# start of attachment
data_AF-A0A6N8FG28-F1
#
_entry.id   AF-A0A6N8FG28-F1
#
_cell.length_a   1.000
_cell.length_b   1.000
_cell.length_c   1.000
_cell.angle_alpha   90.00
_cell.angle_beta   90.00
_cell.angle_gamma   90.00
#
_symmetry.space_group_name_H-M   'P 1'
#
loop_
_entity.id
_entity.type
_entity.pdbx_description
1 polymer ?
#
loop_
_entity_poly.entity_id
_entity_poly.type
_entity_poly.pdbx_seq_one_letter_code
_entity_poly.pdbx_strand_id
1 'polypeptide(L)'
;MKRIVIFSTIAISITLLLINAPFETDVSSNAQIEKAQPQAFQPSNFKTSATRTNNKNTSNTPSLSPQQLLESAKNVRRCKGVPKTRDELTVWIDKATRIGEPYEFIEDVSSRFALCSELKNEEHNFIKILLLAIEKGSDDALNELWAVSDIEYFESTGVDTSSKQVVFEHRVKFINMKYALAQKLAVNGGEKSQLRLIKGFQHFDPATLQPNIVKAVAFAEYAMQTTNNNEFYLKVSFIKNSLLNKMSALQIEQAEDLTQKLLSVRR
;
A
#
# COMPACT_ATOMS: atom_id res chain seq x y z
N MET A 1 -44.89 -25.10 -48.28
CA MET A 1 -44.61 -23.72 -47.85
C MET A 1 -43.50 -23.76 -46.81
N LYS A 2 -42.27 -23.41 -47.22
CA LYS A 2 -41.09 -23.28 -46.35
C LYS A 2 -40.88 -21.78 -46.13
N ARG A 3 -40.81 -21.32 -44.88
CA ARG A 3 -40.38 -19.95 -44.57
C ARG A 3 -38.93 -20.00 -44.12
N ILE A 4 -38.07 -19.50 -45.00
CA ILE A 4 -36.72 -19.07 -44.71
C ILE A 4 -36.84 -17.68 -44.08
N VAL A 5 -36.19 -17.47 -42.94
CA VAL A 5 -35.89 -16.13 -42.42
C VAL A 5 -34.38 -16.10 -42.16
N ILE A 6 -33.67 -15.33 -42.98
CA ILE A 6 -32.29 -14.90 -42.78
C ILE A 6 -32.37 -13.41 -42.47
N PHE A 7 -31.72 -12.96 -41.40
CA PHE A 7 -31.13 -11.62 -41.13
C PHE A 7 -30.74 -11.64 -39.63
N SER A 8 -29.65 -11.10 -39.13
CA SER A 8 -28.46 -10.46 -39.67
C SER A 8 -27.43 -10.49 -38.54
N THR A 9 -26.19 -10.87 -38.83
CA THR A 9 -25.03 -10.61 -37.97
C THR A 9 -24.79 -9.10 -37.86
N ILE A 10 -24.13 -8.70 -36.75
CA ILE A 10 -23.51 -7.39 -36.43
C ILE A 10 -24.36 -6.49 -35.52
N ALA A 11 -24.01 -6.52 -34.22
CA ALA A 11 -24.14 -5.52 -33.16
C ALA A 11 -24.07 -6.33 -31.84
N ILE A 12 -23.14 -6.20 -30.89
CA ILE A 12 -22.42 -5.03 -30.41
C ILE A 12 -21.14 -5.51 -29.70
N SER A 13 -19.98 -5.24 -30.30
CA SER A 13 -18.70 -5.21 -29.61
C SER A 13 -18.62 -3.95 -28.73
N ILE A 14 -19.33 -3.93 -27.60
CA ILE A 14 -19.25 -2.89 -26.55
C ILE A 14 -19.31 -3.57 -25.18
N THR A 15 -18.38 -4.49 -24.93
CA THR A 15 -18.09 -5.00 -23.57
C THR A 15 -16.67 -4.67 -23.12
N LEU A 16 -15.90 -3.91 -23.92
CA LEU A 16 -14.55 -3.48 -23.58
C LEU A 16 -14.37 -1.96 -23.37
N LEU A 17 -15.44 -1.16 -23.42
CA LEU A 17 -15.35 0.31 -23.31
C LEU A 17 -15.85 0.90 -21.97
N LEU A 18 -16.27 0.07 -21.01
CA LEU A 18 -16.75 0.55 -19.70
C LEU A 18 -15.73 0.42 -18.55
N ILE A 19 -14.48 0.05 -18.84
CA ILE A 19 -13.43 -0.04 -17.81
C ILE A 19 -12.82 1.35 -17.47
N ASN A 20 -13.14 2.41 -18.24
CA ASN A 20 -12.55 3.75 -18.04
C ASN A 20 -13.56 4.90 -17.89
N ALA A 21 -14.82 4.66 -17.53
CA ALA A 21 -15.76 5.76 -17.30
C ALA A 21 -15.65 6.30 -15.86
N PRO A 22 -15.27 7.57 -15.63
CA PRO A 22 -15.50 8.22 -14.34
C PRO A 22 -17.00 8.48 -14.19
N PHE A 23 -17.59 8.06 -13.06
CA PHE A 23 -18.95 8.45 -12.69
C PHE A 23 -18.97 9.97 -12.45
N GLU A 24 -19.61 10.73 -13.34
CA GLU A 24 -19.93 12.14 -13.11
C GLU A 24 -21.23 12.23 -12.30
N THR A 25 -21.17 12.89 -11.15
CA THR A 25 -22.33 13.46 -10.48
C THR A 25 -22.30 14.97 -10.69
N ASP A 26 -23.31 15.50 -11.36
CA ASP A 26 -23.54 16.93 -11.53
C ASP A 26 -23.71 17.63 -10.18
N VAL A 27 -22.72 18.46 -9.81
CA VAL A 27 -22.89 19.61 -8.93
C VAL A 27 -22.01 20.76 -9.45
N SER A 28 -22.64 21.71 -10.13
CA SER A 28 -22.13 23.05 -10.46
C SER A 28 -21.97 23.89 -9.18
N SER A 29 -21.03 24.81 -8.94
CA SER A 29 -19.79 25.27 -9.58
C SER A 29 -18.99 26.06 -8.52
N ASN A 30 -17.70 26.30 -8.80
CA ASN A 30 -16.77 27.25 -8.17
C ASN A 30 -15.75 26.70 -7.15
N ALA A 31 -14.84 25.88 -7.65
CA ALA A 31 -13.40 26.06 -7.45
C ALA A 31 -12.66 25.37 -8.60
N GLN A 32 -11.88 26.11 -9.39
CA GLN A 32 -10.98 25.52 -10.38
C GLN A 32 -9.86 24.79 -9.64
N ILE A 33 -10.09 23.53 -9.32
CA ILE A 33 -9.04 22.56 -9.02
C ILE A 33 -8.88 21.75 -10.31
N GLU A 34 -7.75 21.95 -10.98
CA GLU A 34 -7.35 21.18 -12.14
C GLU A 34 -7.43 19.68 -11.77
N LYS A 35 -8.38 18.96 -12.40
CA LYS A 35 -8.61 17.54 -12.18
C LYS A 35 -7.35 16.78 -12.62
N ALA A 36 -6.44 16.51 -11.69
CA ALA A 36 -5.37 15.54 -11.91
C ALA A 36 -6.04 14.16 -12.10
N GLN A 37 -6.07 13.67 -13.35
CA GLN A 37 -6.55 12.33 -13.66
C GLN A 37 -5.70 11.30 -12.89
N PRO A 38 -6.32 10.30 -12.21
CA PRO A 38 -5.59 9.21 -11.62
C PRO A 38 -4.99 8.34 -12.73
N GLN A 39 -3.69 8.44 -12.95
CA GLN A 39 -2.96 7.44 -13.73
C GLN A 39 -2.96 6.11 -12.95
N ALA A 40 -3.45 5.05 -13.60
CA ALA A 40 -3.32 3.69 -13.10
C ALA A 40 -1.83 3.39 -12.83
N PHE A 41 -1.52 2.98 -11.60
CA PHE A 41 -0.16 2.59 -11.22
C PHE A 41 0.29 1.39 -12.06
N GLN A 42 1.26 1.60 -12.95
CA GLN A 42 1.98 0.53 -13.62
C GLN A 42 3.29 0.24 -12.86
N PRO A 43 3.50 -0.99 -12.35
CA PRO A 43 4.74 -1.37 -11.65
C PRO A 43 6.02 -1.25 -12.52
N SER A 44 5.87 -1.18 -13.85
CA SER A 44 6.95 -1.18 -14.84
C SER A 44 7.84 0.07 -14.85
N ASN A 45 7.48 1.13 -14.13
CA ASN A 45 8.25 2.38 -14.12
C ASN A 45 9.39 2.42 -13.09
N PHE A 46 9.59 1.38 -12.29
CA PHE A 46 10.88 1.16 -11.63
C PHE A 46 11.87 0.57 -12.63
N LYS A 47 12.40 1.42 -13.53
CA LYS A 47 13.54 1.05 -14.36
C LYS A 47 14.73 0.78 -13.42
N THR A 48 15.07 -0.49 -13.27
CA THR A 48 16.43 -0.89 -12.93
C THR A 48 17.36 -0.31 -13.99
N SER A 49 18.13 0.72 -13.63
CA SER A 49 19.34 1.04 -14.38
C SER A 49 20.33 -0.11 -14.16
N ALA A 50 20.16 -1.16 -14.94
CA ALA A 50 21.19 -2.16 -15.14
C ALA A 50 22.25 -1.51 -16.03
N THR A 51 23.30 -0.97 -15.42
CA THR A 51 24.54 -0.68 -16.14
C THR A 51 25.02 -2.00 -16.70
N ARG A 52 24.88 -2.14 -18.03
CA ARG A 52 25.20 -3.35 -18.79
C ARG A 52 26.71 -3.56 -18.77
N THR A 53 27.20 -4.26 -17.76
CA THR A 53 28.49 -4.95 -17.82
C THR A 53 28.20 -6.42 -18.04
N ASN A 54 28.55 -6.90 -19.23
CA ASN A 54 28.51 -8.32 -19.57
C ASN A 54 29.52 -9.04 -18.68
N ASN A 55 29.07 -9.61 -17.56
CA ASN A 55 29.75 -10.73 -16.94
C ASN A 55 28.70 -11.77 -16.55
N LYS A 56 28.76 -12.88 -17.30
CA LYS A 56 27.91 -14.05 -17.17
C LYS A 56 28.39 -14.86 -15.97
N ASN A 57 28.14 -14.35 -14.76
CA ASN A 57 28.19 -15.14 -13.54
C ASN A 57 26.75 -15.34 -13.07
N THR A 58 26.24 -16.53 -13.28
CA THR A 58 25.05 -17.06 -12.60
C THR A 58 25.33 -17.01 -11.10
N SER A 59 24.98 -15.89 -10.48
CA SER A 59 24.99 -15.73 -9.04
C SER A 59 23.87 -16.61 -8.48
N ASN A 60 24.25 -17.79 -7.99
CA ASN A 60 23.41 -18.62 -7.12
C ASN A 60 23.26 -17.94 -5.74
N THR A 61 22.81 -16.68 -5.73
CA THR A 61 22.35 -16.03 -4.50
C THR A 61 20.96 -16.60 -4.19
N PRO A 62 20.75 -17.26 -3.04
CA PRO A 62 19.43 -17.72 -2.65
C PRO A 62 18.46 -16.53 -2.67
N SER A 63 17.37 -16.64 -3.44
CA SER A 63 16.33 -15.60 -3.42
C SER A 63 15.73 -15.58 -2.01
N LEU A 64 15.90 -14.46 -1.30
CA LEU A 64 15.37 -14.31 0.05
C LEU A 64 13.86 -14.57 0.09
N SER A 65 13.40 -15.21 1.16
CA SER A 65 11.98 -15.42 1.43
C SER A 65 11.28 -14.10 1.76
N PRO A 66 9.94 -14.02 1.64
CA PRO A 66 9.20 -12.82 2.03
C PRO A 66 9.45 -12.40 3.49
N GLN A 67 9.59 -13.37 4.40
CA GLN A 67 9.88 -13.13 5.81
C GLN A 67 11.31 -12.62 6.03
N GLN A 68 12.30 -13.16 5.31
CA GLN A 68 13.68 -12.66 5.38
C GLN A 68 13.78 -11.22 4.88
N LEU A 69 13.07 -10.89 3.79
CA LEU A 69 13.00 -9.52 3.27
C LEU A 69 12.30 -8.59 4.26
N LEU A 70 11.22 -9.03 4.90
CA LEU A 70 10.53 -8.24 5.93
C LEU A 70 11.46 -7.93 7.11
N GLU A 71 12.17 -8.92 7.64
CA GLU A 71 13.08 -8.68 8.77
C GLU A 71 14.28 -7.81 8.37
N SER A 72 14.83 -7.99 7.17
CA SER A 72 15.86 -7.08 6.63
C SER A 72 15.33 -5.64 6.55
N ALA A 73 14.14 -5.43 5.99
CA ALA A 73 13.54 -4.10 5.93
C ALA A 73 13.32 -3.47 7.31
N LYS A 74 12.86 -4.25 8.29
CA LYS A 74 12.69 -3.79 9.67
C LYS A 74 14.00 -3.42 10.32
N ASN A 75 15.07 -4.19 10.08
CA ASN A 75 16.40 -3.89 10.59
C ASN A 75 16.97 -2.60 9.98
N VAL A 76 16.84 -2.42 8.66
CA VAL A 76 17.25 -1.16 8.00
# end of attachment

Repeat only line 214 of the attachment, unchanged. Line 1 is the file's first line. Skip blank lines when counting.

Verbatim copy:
N PRO A 62 20.75 -17.26 -3.04